The rest of the world, probably led by China, will, at some point in the future, see to it that the U.S. dollar is displaced as the globe's reserve currency. In the interim, the U.S. will dare the rest of the planet to do something about the deeply unsatisfactory status quo.

Rest assured though, that short of Thai's commons going on strike, China will, in time, hold the line with its own brand of Keynesian fiscal stimulus. They certainly have a better chance of such nostrums working then the U.S. what with their immense surplus and prudently saving citizenry.

IF the Chinese can get through this period intact, and it's a decent sized if, they will then embark on
developing other markets for their goods, both at home and abroad. If they succeed, even to a modest degree, the U.S. will be in even more trouble then now. At that point our nation's economy and its currency will be, for all intents and purposes, expendable.

Such is the fate of nations that kill their golden goose.

Thai said...

Edwardo, it's a pun. Is Austrian Mish anal? Is Hell?

They are both trying to protect our commons, only the endless see of Neos keep looking at that woman in the red dress (really can you blame them?).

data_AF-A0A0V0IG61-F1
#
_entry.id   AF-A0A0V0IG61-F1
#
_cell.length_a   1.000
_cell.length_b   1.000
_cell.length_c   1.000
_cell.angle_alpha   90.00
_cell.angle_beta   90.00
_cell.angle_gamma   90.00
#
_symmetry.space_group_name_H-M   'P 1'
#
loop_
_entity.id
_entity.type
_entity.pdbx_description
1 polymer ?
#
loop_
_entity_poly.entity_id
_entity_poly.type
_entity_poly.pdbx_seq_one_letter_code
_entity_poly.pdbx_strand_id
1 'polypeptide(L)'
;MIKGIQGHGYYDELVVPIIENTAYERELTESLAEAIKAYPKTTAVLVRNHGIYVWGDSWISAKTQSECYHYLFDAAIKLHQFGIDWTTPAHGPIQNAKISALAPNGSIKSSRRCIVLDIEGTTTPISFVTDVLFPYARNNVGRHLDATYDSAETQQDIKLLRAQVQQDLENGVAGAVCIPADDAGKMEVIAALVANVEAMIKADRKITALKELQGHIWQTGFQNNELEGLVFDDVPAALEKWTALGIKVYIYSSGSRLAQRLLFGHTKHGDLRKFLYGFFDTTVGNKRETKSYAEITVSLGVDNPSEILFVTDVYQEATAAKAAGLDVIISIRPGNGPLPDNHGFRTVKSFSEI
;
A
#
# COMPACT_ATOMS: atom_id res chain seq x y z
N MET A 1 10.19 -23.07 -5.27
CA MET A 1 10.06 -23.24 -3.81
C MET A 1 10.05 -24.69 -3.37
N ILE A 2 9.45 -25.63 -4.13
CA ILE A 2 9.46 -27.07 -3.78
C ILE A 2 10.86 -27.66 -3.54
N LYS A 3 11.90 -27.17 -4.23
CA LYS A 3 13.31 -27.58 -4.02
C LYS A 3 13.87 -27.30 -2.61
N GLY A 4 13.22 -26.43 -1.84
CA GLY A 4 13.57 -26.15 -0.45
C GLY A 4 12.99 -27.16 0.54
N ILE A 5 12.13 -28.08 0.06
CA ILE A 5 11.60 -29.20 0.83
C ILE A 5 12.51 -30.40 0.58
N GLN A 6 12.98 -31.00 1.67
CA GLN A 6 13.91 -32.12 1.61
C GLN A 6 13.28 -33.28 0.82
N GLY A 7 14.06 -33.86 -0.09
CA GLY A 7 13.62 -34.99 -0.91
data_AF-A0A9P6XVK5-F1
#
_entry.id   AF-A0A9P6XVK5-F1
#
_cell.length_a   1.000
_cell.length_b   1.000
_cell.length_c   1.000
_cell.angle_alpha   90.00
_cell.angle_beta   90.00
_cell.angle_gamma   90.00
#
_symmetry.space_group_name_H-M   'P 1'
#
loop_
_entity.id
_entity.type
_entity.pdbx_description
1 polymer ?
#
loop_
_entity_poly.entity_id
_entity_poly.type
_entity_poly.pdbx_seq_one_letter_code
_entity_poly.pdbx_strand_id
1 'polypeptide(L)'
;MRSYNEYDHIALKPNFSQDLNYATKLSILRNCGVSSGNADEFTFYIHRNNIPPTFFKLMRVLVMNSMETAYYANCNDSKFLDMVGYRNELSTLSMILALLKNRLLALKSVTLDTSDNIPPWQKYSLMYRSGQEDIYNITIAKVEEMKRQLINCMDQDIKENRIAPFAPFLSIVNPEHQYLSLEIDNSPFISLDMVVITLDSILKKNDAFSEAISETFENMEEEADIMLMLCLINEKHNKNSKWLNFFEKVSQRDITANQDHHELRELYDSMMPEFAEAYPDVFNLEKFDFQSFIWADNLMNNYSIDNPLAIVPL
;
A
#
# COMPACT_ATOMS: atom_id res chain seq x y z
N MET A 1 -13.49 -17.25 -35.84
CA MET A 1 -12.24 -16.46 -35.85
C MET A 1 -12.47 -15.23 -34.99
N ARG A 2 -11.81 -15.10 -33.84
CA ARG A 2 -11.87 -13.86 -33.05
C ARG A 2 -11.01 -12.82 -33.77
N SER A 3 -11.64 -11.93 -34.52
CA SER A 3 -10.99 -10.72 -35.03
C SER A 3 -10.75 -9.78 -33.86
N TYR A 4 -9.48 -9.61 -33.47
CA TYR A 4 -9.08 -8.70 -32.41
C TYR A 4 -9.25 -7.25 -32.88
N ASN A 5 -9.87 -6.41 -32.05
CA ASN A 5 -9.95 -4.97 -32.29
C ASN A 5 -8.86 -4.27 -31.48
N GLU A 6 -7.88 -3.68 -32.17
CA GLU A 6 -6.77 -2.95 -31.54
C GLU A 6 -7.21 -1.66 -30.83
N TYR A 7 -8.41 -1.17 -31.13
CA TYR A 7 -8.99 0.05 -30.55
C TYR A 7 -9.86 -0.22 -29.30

I was complementing Hell in a round about way. You have to admit, his last few posts have been very very good

Thai said...

Sorry: "sea of Neos..."

MrM said...

The Fed/Treasury have limited power to support USD vs. other currencies. To do that they would need a vast amount of FX reserves, which is not the case. Alternatively, they could raise the interest rates relative to other currencies, but this is obviously not going to happen. The Fed/Treasury could devalue USD by monetizing debt and selling USD on the FX market, but propping up USD is beyond their power.

Edwardo said...

Here's an excellent blog entry from Charles Hugh Smith that deal with tonight's topic.

Edwardo said...

Here 'tis.

http://www.oftwominds.com/blog.html

Edwardo said...

And this bears big time on the discussion as well.

http://www.financialsense.com/fsu/editorials/kirby/2009/0109.html

yoski said...

The problem was too much debt. What are "we" doing to save the day? More debt, by the trillions. Sorry, but I don't see this having a happy ending.

Thai said...

I agree Yoski, but it seems to me if it is going to be a game of musical chairs, the collective at least has some ability to decide who the music stops on.

I was eating dinner last night at a local Thai restaurant (of course) and a young girl (obviously from South East DC) slipped in to the restaurant and proceeded to go table to table selling candy until the Maitre d' asked her to leave.

I would suggest that we have the ability to say it need never stop on someone like her

marin belge™ said...

Hi Hell,

you are certainly a financial expert and, specifically one on currency matters.